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World’s biggest plastic producers join call for UN treaty fighting plastic pollution in oceans

The Independent logo The Independent 14/10/2020 Jane Dalton
a group of people sitting at a beach © Provided by The Independent

Some of the world’s biggest plastic producers, including Coca-Cola and PepsiCo, are joining a drive for a new international treaty to tackle plastic pollution in the sea.

The push comes as a report highlights how discarded plastic equivalent to the weight of about 60,000 blue whales are dumped into oceans each year – more than 11 million tonnes.

The drinks businesses, which last month were slated in research on plastic pollution,  backed the call by environmental charities for a UN treaty urging governments to negotiate a global agreement on plastic pollution.

Nearly 30 businesses, also including Danone, H&M, Mars, Nestlé, Tesco, and Unilever have backed the call, which is the first such collective corporate action, and organisers are urging more private companies to join.

A resolution to start negotiations on such a treaty is expected to be tabled at the next session of the UN environmental assembly in February.

According to the UN itself, plastic waste kills up to a million seabirds and 100,000 sea mammals, marine turtles and countless fish each year.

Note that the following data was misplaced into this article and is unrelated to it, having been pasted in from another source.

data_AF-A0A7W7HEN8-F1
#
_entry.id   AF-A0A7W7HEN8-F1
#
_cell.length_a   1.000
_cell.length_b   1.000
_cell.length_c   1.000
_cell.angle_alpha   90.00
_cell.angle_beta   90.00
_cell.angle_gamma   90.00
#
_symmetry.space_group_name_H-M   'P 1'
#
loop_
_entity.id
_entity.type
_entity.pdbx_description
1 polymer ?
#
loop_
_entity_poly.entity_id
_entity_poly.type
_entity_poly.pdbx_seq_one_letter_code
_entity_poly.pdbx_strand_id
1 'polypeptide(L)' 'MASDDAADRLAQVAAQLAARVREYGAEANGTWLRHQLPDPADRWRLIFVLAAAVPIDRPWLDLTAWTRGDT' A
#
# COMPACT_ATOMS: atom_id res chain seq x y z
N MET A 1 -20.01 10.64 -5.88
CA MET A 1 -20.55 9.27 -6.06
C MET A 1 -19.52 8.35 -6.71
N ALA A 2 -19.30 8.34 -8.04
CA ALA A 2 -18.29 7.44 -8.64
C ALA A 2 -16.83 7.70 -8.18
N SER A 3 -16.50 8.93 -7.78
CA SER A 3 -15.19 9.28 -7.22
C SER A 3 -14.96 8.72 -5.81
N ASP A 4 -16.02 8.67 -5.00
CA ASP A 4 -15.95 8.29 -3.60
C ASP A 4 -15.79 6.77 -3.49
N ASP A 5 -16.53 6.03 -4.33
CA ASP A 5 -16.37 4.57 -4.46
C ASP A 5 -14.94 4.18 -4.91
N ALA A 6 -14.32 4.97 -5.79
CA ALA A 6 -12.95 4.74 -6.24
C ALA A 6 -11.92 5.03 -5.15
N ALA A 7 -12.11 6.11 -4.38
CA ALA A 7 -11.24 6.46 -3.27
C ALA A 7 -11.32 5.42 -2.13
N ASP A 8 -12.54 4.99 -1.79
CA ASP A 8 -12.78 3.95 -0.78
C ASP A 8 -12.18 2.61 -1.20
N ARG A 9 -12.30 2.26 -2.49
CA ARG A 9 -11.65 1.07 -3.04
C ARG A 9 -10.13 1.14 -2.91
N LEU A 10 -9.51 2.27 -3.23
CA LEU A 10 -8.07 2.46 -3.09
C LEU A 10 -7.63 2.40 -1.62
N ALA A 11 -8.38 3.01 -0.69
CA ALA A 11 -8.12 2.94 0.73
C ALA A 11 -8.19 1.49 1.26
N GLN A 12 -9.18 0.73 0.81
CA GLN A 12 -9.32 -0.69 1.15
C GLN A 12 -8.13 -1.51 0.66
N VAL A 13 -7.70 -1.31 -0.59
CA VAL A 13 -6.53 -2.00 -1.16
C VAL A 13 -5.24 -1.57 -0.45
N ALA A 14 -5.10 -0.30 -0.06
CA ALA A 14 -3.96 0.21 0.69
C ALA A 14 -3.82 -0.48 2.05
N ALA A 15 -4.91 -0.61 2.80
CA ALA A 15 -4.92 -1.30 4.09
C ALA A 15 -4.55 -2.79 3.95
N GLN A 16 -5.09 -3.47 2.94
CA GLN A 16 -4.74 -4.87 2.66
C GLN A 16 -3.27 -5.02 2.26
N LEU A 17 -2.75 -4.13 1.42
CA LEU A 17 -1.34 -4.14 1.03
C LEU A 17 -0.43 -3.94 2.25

Plastic remains in the ecosystem for years, harming thousands of sea creatures every day.  

Lost and discarded fishing gear accounts for 10 per cent of all marine litter and continues to kill turtles, seabirds and marine mammals as well as fish.

One study found plastic in every marine turtle examined, 59 per cent of whales, 36 per cent of seals and 40 per cent of seabird species. 

The organisations behind the plea to the UN – WWF, the Ellen MacArthur Foundation and Boston Consulting Group – issued a report saying a global agreement setting out goals, action plans and binding targets are needed to truly tackle the problem on a global scale.

The document says the global volume of plastic entering the ocean is forecast to triple over the next 20 years.

WWF’s Living Planet report last month revealed that the destruction of nature has led to a 68 per cent average drop in global wildlife populations since 1970, and that nowhere in the ocean is entirely unaffected by humans.  

Paula Chin, a sustainable materials specialist at WWF, said: “Nature is in freefall, and plastic pollution continues to be one of the most visible signs of the environmental crisis. This is a global problem that demands a global solution.”  

Dame Ellen MacArthur, founder of the Ellen MacArthur Foundation, said: “We have seen important steps taken by businesses and governments in addressing plastic pollution over recent years. More than 500 organisations have signed the New Plastics Economy Global Commitment, setting clear targets to achieve a circular economy for plastic in which it never becomes waste or pollution. But voluntary initiatives alone are not enough.”

The Changing Markets Foundation last month accused Coca-Cola, PepsiCo and Nestlé of “hypocrisy” as its report claimed they had made public pledges to cut plastic use while undermining sustainability reforms through lobbying groups and trade associations. It said many companies had “aggressively opposed” or attempted to delay legislation designed to tackle the plastics crisis.

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